betaworking

Connect the ‘Dots’: How Betaworks Made Your New Favorite App

This is Dots. (Photo: iTunes)

Fling those dumb Angry Birds into oblivion already: there’s a new free replacement sitting in the iTunes App Store for your time-killing needs. Enter Dots, a minimalistic game that accentuates the speediness of your swiping skills by connecting as many same-colored dots as possible in 60 seconds. The more dots—or better yet, boxes—you link together and create, the higher you score.

The game was the brainchild of Betaworks hacker-in-residence Patrick Moberg, who had never designed or coded a game before. He began development of Dots in January under the direction that the non-incubator wanted to create a “zen-like” game that people wouldn’t feel guilty playing. Read More

shameless rumormongering

Rumor Roundup: Zuck’s in Hawaii, While Kevin Systrom Looks So Maj Next to Rachel Zoe

(Photo: Instagram)

Hawaii Zuck-O Look who ditched the hoodie (but kept the Adidas sandals). Facebook CEO Mark Zuckerberg was recently spotted indulging in a little Hawaiin R&R with wifey Priscilla Chan. US Weekly reports the pair “looked excited to be spending quality time together,” which makes sense since it’s pretty easy to be happy when you’ve escaped the maw of Silicon Valley. The Zucks also “chowed down” on something called “beachside burgers” at a “picnic table.” Stars: they’re just like us (but rich). Read More

Linkages

Booting Up: Digg Owner Betaworks Acquires Instapaper

Mr. Parker. (Photo: Flickr/Le Web)

NYC-based non-incubator Betaworks has acquired a majority stake in the article-bookmarking service Instapaper. Creator Marco Arment wrote on his blog that he will slide into an advising role “indefinitely” as Betaworks oversees operations and expands Instapaper’s staff. [PC Mag]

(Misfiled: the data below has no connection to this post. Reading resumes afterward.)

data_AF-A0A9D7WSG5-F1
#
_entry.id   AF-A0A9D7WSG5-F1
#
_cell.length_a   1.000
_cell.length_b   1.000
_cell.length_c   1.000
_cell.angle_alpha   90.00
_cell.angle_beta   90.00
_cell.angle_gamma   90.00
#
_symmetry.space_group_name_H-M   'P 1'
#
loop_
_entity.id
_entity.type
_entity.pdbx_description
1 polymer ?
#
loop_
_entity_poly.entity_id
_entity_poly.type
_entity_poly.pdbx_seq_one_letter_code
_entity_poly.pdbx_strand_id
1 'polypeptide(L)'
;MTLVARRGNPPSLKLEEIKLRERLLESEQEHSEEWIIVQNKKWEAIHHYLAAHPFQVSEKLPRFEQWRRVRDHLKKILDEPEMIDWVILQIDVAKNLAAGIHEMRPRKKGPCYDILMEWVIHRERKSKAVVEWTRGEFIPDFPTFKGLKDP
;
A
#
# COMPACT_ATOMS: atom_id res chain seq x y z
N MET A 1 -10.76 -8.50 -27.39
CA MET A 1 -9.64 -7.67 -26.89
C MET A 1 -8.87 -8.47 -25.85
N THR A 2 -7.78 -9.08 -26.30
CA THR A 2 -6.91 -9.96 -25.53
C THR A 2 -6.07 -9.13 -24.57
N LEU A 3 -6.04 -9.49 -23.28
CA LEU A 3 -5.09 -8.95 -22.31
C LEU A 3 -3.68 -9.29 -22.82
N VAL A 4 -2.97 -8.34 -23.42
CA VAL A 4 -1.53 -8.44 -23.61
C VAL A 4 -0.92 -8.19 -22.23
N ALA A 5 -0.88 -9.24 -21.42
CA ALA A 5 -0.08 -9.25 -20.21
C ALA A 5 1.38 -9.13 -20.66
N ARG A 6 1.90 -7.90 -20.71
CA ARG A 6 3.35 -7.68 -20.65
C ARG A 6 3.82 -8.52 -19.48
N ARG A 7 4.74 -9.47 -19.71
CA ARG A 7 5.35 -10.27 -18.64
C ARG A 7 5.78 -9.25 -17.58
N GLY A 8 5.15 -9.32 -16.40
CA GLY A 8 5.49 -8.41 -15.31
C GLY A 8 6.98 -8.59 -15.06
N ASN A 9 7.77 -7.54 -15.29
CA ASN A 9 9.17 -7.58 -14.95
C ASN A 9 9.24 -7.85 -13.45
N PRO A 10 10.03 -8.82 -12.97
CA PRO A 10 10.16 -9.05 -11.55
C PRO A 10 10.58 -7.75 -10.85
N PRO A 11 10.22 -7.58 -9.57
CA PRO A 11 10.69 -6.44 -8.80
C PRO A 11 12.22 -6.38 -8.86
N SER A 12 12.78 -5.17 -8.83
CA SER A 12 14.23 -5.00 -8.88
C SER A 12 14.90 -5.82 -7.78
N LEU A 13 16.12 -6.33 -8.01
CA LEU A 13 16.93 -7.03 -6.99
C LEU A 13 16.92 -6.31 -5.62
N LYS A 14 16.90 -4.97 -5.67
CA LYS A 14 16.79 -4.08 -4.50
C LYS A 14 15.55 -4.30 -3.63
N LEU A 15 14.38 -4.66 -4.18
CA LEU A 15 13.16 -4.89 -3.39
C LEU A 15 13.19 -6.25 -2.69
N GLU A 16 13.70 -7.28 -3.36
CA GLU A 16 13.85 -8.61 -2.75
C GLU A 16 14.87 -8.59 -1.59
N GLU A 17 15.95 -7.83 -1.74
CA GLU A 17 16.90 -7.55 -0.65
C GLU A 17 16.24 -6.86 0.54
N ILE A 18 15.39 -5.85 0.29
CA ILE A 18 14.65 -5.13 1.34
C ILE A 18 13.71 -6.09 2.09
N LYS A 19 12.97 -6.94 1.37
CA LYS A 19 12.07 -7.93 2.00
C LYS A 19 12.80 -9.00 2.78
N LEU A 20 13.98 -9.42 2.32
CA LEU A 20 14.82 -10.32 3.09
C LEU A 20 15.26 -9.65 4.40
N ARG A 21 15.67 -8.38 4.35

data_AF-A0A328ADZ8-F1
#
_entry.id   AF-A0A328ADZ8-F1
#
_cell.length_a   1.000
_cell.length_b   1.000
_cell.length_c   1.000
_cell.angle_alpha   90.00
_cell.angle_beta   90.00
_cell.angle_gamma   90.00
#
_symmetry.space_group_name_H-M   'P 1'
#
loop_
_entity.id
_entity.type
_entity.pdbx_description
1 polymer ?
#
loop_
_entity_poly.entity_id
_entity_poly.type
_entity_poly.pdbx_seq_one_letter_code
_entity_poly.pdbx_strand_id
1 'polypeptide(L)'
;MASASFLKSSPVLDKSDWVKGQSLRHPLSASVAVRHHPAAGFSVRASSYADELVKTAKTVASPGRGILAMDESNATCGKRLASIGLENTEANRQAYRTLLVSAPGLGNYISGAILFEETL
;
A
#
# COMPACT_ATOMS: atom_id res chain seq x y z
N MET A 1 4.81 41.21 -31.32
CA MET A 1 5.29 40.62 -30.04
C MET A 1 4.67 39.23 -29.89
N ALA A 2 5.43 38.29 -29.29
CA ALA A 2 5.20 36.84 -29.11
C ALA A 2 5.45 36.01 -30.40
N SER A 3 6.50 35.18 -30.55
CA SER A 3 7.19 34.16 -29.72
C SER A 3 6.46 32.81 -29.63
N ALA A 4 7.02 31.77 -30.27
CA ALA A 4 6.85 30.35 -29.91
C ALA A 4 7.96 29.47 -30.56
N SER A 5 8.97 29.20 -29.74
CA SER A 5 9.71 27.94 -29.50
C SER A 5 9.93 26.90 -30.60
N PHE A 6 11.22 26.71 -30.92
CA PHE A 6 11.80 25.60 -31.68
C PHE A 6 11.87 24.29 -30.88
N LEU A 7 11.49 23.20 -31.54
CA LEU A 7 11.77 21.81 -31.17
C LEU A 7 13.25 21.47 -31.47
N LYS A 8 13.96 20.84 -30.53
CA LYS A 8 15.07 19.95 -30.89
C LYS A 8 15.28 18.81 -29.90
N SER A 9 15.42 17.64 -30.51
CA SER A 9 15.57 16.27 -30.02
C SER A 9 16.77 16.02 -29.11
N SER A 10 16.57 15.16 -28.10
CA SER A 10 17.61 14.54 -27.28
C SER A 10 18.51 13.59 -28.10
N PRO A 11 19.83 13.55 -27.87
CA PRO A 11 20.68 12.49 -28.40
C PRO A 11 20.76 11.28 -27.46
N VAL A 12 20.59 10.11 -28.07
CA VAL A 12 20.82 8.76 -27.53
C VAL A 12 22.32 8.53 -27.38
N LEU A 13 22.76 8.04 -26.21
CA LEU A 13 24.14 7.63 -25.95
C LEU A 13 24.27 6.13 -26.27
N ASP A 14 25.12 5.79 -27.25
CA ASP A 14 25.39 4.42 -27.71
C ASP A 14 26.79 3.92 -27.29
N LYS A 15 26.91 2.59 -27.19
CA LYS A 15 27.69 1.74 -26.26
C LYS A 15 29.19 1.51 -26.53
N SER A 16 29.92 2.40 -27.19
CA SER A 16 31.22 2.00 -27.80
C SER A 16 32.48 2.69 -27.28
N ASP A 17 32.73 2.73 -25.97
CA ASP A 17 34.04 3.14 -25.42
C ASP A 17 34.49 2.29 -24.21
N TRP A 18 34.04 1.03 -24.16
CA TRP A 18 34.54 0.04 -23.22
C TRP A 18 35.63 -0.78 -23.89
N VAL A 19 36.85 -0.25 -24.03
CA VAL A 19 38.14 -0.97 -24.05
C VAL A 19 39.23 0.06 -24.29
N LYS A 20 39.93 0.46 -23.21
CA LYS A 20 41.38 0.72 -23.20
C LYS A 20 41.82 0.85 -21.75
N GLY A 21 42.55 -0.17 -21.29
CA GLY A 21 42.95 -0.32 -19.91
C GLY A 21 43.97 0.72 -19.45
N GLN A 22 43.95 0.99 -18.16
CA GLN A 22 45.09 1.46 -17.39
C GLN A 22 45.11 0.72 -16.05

CISPA, the controversial Internet bill, is (probably?) dead. An anonymous source said that “there is no possible plan” to bring it up in the Democratic-controlled Senate because it faces little support from the party. [Daily Dot]

Some big names, like Sean Parker, Steve Ballmer, and Bill Gates, are joining Mark Zuckerberg’s political action committee, FWD.us. We would love to be on those brunch-planning emails. [AllThingsD]

Yahoo’s Marissa Mayer has joined the board of Jawbone, the hardware maker behind those groovy wireless headsets and speakers. [AllThingsD]

A study of Bitcoin exchanges revealed that 45 percent of them fail, often taking peoples’ money with them. And the exchanges that don’t shutter are more likely to be the target of cyber attacks. [Wired]

Stormy Weather

Betaworks Launches Weather Service Because Let’s Face It, You’re No Meteorologist

Brb, running to the Warby Parker store. (Photo: Screencap)

Do unexpectedly blustery days leave you wailing at the fates? Sick of dressing in your smartest spring sandals, only to walk outside and discover there’s still a nip in the air?

So are the folks at Betaworks, apparently.

And now, a small team led by hacker-in-residence Kuan Huang has dreamed up Poncho, a new weather service launching today for New York City. It promises to deliver a personalized forecast that’ll help you figure out whether you can really get by with just a cardigan.

Mr. Huang told Betabeat that the idea was born as “something for my personal use.” He wanted an interpreter for the forecast, who could tell him, “It’s 46 degrees, windy; you should wear a scarf.” He admitted it’s “a pain point I have in my life.” You and me both, buddy. Read More

RIP

Internet Resurrection: Digg Will Launch a New and Improved Version of Google Reader

Sad. (Screenshot: Google Reader)

Fretful newshounds and anxious bloggers can stop sitting shiva. Digg, or rather Betaworks’ reboot of old Digg, wants to resurrect yet another ailing online mainstay. On its blog this afternoon, the startup announced it would be building a reader to replace the “much-loved, if under-appreciated” Google Reader.

In the post, Andrew McLaughlin, the former vice president of Tumblr who joined Betaworks as an entrepreneur-in-residence last summer, said Reader’s “early social features were forward-thinking and hugely useful.” However, as with the revamped Digg, the new iteration won’t look exactly like its predecessor: Read More